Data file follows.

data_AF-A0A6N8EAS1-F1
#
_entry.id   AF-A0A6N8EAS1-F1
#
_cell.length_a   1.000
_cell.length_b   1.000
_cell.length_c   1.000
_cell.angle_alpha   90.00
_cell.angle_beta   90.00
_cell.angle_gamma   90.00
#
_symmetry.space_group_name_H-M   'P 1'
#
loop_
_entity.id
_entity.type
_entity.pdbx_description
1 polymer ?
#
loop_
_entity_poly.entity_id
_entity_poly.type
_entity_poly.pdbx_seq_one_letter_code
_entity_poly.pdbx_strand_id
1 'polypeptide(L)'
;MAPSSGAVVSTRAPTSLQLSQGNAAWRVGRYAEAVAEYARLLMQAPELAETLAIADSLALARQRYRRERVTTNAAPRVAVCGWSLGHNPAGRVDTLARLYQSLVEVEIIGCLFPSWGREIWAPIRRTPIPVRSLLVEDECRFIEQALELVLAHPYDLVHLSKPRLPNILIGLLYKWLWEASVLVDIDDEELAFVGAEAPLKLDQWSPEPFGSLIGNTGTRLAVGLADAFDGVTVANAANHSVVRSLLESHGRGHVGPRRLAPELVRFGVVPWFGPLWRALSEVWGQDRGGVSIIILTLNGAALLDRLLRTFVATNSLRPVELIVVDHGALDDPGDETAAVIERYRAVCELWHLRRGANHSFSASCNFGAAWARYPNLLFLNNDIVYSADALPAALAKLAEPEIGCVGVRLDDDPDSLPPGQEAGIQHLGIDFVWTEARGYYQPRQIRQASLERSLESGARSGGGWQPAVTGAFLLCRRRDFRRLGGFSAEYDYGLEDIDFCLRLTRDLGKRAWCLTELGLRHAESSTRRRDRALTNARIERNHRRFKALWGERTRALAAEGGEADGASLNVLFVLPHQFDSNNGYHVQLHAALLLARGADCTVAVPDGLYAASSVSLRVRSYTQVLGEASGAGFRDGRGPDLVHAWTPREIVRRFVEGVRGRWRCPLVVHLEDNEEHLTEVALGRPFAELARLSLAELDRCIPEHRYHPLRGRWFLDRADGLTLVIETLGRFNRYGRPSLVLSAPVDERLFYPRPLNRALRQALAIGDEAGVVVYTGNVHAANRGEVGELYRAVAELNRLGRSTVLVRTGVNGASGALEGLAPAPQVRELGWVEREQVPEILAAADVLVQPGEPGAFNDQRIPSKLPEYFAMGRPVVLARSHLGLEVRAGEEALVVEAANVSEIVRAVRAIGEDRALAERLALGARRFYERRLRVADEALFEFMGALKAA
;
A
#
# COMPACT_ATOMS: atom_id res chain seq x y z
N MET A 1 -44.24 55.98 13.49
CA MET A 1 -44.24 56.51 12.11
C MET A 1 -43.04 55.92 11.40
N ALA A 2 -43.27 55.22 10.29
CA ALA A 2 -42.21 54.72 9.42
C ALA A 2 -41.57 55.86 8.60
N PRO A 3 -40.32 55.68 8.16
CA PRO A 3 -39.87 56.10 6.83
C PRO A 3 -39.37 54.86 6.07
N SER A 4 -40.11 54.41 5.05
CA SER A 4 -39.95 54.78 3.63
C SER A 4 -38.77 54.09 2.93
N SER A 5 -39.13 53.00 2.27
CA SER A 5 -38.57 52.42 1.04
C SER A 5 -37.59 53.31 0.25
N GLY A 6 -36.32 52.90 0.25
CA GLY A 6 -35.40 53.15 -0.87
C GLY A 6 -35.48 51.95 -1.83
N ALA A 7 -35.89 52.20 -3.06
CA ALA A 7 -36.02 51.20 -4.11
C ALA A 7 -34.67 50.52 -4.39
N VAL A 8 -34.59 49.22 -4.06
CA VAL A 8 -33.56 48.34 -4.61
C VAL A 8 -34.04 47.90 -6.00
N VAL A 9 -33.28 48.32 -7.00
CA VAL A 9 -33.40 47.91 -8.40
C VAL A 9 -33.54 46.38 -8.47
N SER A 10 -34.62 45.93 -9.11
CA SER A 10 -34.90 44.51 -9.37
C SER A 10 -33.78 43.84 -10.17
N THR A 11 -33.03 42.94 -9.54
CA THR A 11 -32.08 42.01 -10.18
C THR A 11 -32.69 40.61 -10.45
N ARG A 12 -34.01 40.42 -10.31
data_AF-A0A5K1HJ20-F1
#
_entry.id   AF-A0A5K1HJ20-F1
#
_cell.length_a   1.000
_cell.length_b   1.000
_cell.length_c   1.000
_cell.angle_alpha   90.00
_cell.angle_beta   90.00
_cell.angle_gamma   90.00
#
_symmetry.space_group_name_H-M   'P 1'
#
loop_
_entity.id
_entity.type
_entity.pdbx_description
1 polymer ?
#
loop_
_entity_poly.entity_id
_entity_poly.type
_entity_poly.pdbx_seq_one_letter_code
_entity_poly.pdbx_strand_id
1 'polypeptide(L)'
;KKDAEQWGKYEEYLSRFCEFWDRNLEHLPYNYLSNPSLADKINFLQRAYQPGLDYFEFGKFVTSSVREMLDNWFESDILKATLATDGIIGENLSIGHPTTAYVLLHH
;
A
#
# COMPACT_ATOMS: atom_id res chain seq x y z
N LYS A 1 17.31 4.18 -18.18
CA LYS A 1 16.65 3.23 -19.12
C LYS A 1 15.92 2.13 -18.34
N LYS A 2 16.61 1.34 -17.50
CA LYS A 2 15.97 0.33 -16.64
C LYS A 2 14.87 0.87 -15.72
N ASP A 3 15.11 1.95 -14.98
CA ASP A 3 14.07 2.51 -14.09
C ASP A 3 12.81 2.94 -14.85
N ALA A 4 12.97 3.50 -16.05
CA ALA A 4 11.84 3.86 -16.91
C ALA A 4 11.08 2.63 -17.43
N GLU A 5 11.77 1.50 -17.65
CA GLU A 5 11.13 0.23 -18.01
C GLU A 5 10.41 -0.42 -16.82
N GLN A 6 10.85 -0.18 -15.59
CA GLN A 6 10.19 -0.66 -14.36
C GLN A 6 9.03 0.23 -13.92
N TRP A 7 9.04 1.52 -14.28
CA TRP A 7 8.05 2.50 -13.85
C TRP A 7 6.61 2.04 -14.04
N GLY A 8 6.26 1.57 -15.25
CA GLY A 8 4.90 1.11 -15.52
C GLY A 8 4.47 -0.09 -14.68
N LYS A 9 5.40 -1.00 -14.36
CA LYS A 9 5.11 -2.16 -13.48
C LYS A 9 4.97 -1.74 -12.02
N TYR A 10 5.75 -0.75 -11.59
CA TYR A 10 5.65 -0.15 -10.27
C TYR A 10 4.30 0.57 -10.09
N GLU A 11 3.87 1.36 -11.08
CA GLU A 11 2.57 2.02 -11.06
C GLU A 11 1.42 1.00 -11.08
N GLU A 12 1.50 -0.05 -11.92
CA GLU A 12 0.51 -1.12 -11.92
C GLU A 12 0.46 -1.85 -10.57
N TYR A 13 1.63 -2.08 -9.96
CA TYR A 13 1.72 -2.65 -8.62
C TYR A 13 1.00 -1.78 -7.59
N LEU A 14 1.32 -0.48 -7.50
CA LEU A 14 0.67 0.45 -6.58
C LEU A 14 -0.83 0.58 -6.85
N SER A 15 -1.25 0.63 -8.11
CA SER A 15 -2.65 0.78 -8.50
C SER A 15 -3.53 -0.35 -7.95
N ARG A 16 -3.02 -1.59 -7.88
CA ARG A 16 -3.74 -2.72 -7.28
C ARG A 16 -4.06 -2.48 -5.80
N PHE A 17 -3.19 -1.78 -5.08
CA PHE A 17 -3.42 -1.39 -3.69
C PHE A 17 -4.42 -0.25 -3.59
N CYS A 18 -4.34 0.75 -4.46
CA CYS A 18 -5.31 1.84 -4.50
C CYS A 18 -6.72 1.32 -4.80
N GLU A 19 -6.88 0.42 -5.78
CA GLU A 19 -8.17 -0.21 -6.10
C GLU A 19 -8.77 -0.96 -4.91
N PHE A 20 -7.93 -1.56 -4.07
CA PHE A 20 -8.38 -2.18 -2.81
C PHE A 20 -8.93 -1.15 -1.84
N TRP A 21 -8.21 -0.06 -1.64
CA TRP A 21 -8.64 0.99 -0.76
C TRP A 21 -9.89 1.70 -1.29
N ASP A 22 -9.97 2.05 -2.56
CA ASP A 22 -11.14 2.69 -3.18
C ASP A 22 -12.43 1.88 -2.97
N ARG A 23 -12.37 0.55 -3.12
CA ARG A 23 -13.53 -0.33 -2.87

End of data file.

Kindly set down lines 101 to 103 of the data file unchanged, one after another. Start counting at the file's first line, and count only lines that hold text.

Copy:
N ASP A 3 15.11 1.95 -14.98
CA ASP A 3 14.07 2.51 -14.09
C ASP A 3 12.81 2.94 -14.85